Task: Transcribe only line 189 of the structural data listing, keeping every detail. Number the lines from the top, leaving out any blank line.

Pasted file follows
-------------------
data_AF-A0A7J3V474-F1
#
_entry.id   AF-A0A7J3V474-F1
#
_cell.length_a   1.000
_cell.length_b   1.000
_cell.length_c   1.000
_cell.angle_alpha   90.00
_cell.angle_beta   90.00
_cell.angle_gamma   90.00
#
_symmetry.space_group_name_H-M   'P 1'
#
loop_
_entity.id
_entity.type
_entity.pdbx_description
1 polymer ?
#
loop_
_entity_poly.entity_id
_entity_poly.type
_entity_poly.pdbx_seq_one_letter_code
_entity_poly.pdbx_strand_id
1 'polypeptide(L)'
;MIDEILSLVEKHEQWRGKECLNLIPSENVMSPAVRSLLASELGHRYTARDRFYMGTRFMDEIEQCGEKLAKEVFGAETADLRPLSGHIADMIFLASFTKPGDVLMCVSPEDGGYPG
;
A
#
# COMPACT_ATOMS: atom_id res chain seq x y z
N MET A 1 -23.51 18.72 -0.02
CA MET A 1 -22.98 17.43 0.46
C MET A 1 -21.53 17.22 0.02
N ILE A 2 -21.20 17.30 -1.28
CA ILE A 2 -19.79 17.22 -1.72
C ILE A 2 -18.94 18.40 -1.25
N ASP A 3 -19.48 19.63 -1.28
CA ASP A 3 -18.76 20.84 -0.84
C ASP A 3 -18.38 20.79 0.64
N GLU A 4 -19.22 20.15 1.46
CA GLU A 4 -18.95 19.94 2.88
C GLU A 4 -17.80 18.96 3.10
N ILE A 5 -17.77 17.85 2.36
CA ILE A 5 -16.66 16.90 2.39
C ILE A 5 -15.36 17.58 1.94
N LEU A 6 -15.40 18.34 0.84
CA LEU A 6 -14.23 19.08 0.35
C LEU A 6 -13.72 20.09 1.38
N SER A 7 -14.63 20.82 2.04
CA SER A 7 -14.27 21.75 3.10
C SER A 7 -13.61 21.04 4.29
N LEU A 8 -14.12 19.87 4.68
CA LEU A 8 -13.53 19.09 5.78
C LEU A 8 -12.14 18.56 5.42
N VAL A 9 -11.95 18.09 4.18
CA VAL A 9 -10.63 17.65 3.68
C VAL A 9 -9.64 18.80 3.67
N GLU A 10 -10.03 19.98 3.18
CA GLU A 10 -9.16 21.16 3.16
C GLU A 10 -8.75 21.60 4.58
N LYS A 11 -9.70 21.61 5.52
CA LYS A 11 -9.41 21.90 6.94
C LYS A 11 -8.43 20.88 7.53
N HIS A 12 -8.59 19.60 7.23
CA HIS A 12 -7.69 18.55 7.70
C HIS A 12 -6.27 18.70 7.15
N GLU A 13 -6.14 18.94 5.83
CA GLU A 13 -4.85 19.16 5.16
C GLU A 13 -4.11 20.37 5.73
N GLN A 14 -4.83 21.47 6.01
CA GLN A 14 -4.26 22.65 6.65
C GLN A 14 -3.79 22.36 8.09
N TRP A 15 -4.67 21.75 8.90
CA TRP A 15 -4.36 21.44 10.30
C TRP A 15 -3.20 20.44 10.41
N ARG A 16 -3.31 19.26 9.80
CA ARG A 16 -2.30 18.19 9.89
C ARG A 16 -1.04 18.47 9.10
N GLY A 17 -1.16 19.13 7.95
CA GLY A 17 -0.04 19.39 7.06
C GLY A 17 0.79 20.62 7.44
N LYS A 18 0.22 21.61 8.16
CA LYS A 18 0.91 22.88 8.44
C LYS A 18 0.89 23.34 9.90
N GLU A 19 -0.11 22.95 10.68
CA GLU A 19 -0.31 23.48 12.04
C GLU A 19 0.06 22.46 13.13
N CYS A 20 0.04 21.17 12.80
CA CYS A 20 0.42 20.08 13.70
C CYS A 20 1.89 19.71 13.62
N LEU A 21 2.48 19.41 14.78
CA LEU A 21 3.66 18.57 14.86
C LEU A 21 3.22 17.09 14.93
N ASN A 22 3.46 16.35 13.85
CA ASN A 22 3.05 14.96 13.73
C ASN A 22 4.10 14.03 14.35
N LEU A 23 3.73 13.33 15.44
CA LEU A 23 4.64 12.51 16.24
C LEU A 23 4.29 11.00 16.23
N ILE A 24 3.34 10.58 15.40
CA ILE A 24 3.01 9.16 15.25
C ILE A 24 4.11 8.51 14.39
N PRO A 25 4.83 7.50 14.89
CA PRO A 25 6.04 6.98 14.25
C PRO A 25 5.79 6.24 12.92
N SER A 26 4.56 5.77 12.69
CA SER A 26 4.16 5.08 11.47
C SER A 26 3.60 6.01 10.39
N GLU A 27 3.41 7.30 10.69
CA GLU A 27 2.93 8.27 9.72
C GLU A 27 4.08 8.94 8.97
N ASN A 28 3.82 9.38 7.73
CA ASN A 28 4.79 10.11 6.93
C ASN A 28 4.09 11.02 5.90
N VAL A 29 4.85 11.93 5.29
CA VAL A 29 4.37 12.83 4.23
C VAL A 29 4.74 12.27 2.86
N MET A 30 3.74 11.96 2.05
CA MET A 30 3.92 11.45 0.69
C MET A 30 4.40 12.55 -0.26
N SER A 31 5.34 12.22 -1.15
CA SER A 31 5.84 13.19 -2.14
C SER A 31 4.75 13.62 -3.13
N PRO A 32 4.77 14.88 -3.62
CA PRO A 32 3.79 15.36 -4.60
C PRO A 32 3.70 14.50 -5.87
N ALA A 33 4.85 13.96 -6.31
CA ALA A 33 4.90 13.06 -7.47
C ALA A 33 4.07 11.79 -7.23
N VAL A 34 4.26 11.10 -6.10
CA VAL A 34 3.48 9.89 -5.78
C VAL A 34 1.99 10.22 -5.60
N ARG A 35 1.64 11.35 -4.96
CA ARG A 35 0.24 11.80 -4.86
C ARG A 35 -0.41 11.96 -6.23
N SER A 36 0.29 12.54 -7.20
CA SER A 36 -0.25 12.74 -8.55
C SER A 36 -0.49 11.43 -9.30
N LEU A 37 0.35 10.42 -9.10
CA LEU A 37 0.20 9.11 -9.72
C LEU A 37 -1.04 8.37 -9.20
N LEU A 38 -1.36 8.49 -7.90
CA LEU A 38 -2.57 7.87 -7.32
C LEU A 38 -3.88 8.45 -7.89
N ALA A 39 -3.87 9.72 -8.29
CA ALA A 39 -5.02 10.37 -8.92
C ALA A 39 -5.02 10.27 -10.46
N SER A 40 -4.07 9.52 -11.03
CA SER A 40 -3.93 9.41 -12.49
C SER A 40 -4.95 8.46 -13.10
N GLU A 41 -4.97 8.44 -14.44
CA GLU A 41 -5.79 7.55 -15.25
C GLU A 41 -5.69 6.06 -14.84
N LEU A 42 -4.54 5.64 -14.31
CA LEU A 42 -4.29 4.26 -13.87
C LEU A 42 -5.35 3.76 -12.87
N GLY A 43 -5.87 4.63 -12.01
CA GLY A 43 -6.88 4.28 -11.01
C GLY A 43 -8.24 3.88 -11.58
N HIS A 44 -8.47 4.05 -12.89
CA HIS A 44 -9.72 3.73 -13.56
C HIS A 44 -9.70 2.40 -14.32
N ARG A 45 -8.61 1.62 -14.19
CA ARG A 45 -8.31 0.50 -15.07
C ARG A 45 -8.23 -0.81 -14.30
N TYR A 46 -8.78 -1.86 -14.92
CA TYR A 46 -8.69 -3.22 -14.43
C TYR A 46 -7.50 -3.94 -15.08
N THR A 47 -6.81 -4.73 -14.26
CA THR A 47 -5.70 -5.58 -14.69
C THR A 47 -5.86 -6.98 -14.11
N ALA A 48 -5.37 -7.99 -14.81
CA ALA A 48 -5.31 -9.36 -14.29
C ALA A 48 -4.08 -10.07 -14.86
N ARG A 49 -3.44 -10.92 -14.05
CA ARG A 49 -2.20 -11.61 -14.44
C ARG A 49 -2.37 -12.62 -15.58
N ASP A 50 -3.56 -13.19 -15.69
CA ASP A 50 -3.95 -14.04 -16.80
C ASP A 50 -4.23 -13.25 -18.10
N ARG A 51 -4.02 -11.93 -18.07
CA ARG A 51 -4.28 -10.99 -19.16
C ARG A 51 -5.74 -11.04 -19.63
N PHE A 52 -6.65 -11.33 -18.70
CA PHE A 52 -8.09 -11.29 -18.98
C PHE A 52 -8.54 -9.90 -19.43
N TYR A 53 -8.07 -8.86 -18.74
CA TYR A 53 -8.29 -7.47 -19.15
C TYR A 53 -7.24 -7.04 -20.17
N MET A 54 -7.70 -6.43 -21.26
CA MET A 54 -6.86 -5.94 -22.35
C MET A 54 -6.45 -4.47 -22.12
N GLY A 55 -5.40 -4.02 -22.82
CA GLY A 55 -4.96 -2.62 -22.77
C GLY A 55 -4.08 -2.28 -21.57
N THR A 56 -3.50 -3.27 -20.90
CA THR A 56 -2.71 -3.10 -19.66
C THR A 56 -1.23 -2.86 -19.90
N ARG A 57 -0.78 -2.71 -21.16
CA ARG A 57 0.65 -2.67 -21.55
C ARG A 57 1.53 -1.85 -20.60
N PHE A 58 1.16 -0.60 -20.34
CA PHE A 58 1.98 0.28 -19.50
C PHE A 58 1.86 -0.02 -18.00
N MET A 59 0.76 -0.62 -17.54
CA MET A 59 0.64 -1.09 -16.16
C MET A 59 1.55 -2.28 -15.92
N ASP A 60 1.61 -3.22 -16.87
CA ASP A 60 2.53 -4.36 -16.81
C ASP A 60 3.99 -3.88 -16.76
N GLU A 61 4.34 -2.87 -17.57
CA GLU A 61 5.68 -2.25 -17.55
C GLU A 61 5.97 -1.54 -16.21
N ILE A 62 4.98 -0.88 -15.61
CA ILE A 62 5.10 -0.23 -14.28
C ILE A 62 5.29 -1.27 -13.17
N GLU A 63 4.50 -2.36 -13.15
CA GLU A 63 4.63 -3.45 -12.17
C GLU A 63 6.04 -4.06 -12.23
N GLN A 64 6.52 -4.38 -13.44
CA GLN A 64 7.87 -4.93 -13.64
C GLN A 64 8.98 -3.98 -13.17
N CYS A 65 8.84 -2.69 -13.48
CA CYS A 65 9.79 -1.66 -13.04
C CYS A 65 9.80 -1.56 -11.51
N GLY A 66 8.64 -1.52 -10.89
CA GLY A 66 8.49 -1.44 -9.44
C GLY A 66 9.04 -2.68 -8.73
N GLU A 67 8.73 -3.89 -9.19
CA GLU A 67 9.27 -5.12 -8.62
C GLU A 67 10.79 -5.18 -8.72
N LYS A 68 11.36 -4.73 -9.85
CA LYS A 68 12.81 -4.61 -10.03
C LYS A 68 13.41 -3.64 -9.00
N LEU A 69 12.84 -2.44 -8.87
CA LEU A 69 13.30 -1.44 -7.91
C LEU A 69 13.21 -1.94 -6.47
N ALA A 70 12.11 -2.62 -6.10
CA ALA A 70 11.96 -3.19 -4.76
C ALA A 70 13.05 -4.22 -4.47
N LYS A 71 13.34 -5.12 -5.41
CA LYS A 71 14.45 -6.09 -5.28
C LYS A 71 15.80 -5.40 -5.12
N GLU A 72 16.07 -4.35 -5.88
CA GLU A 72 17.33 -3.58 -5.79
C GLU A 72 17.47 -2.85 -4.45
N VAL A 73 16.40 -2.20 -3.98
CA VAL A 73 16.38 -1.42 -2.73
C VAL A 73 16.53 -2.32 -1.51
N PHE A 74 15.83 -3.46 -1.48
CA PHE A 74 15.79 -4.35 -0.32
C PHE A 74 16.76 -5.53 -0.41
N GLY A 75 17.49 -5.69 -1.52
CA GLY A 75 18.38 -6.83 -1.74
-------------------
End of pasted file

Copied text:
C TYR A 53 -7.24 -7.04 -20.17